I trust you had a good holiday celebrating the birth of our Lord Jesus. I’m looking forward to a number of new opportunities and partnerships for TWR Canada this year. I’m on my way this week to Asia to do just that, but I wanted to share with you a story that came to me from one of our partners in Central Asia.
A 2014 PEW research study found that religious persecution, restrictions and harassment dramatically increased around the world in the four years they’ve done the study. Christians were the most targeted group and are persecuted because of their faith in 151 countries.
Before we can help those living in persecution we have to know how to help, what their needs are, and what they struggle with. One of our on-the-ground partner shares some insights on these issues from a recent trip to meet with house church leaders. Please pray for our brothers and sisters living in countries where expressing their faith makes them a target for discrimination, persecution, and prosecution.
In the last year or so I have been asked repeatedly by house church leaders to be introduced to other house church leaders. They have many struggles and challenges and hope to learn from someone in a similar position.
I invited 20 plus men, being very careful about who and how I invited, to gather with me over a few days. The first challenge to overcome was that the men did not know one another. Even though they wanted to meet another leader they did not want to meet as a larger group.
At first, I created small groups of only three or four men. The men started to build limited relationships over many cups of tea and broad discussions. It was very hard for them to talk about their role as a house church leader with someone they were just getting to know.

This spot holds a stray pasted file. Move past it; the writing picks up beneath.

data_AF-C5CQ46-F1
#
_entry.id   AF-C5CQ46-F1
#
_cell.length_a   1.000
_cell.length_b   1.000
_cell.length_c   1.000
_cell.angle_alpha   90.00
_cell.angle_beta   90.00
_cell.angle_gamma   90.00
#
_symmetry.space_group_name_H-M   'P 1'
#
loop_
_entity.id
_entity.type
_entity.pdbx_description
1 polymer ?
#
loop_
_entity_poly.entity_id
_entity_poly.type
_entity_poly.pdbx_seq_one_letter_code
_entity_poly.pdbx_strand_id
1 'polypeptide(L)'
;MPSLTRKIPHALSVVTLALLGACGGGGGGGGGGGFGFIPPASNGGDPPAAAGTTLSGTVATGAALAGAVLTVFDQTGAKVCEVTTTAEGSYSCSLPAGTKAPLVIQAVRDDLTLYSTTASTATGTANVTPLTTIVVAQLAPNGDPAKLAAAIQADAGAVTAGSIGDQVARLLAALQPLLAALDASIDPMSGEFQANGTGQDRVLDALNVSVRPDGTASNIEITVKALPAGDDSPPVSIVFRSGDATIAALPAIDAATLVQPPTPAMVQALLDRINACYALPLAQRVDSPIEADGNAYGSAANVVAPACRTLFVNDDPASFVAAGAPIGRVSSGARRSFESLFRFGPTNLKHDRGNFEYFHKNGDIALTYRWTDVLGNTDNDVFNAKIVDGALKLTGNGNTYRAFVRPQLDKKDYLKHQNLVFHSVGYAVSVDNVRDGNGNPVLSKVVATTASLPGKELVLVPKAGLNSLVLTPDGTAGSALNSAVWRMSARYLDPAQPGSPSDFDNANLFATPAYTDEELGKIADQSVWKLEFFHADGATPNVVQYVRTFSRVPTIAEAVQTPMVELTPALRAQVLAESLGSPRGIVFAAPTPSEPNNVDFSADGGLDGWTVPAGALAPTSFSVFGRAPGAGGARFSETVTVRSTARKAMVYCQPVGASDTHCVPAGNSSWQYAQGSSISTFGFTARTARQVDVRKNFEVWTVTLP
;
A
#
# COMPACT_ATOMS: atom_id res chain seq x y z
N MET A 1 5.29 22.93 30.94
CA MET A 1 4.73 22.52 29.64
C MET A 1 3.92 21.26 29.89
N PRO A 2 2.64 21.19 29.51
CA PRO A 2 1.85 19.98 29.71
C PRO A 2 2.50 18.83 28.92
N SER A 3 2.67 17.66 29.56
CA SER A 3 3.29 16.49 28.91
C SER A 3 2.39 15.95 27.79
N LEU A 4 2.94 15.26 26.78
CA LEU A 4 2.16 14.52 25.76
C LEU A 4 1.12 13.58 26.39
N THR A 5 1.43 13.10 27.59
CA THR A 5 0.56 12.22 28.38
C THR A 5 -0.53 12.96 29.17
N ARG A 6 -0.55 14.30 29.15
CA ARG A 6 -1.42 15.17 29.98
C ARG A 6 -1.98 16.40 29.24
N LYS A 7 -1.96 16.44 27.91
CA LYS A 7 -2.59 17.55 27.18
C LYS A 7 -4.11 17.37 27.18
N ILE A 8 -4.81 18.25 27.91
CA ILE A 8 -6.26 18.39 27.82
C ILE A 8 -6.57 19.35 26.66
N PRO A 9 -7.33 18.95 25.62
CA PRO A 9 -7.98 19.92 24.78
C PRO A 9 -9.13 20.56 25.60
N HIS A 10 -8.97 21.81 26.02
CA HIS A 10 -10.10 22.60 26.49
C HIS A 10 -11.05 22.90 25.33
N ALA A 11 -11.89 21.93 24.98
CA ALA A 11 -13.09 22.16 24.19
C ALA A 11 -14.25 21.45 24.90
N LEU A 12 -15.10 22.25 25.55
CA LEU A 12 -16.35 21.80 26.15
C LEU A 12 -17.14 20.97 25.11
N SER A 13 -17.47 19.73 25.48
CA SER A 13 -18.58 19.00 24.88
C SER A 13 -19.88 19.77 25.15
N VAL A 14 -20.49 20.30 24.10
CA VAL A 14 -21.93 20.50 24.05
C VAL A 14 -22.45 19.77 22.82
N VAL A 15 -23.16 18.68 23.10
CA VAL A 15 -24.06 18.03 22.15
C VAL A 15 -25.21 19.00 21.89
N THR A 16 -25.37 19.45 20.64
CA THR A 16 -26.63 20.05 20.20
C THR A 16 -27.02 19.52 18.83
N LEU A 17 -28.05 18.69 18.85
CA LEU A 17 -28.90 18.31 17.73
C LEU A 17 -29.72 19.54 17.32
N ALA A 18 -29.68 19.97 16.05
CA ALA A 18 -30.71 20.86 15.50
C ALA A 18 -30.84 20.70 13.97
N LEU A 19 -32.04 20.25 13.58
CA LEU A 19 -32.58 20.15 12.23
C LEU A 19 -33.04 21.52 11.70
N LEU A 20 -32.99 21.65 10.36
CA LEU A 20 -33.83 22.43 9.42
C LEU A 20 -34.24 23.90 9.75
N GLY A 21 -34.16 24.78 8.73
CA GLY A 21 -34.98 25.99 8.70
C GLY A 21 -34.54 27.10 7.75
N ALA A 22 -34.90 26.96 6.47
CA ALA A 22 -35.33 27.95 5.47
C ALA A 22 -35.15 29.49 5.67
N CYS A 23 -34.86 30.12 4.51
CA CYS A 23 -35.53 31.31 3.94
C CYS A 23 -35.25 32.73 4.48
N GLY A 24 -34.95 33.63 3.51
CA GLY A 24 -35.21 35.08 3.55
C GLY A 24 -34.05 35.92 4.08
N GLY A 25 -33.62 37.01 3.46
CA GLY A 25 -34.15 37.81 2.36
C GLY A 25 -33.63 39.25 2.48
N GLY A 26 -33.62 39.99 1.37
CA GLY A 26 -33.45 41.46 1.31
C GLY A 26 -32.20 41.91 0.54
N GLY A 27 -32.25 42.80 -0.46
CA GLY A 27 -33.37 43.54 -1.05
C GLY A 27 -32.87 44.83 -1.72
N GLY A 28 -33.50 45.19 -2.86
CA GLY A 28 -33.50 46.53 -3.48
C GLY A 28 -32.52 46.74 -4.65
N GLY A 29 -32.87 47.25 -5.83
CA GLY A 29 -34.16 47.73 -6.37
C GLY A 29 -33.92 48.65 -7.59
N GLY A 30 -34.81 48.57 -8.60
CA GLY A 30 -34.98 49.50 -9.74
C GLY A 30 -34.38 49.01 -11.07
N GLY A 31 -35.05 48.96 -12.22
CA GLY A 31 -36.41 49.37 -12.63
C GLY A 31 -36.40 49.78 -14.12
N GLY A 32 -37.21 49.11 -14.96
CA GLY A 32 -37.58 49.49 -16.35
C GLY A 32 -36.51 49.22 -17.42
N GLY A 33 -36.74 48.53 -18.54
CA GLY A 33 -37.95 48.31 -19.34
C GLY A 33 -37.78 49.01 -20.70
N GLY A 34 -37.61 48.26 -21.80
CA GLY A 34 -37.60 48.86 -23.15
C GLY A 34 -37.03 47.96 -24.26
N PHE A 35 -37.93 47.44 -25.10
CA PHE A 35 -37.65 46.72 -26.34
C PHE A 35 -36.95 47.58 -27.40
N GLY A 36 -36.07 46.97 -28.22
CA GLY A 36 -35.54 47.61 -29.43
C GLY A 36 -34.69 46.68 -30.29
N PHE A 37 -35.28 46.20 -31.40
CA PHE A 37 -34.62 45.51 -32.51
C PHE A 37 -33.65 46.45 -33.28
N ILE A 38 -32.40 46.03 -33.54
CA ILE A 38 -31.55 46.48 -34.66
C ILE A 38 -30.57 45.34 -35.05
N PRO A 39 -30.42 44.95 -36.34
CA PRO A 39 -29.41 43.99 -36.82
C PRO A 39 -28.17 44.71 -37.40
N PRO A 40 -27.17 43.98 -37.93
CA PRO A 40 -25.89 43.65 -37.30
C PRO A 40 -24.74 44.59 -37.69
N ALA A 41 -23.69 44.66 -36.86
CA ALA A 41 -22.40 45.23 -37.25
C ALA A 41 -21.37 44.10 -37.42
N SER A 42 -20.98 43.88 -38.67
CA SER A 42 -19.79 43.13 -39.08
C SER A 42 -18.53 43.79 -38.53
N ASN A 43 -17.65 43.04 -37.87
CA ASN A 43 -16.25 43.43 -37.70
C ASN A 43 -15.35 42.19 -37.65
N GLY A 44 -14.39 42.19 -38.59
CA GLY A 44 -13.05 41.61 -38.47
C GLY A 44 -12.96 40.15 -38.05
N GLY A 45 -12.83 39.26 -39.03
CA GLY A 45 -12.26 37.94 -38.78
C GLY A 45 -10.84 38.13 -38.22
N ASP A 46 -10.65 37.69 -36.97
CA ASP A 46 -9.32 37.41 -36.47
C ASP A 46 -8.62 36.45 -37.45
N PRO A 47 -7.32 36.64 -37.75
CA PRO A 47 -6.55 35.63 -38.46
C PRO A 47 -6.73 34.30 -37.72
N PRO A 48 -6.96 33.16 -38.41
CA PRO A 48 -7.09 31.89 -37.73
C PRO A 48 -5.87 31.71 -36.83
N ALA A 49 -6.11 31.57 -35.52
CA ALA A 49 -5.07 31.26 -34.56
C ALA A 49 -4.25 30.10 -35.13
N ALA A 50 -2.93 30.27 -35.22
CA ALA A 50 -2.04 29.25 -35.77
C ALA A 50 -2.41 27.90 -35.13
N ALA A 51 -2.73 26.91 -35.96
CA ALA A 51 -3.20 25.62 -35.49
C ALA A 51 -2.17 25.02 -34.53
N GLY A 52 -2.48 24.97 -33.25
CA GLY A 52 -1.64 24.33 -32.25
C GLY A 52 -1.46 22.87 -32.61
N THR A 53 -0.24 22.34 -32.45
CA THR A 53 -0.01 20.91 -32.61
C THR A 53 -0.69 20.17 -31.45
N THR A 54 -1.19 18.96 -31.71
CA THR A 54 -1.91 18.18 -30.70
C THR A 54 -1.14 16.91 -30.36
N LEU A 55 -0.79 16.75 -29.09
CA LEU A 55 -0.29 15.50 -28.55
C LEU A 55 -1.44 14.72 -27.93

The Power of Fear
I began to doubt the wisdom of arranging these meetings, but realized the men were afraid. This fear was not unfounded. One of the men who came testified that there were some from outside Christianity trained in the role of house church leaders. They know the scriptures very well and act like they are pastors — but they are false. These imposter-pastors get Christians to come to their meetings and encourage them to bring other believers. In this way the government “traps” believers, arrests them and tries to control the growth of house churches.
Living under these circumstances, where much of what you do is monitored, it was understandable that the men were afraid to open up to one another. They could not trust one another even though they trusted me. I wondered since the power of fear was so apparent in the leaders, then how did the members of their various groups function? Were they equally afraid?
Lack of Solid Teaching
The second challenge to overcome was the various levels of spiritual maturity, knowledge and understanding of the scriptures. Some of the men had been introduced to Christianity through TV programs. Whatever they could understand or appealed to them, they passed on to those in their fellowship. False teaching is a bigger problem than I realized.
One of the men, rather than study the Word of God, believes the Holy Spirit directs him through his dreams. Another man, who has been leading a house church for four years, does not own a Bible. He listens to his favourite Christian TV program and then teaches what he has learned from the program. I asked if he had been baptized and he said he baptized himself in the shower.
I reassured the leaders that people in the West are praying for them. Then they asked, “Who will help our family if we are arrested and imprisoned because of our Christian activities?” Many are the sole income earners in the family and once they are in prison their families have no way to pay for rent or food. I had no answer for them.
These leaders do not know how to grow in their own faith, never mind helping those under their care to grow in their walk with the Lord. These men want to serve the Lord, but are so limited in their abilities and resources.
As I took them to the airport for their departure, after we said good bye, I could see the fear returning. Fear of the unknown. Fear of the challenges in leading their small flocks. Fear of the pressure of being monitored. It was hard to say goodbye knowing there are some who may die or be exiled for their faith before I am able to gather these men together again.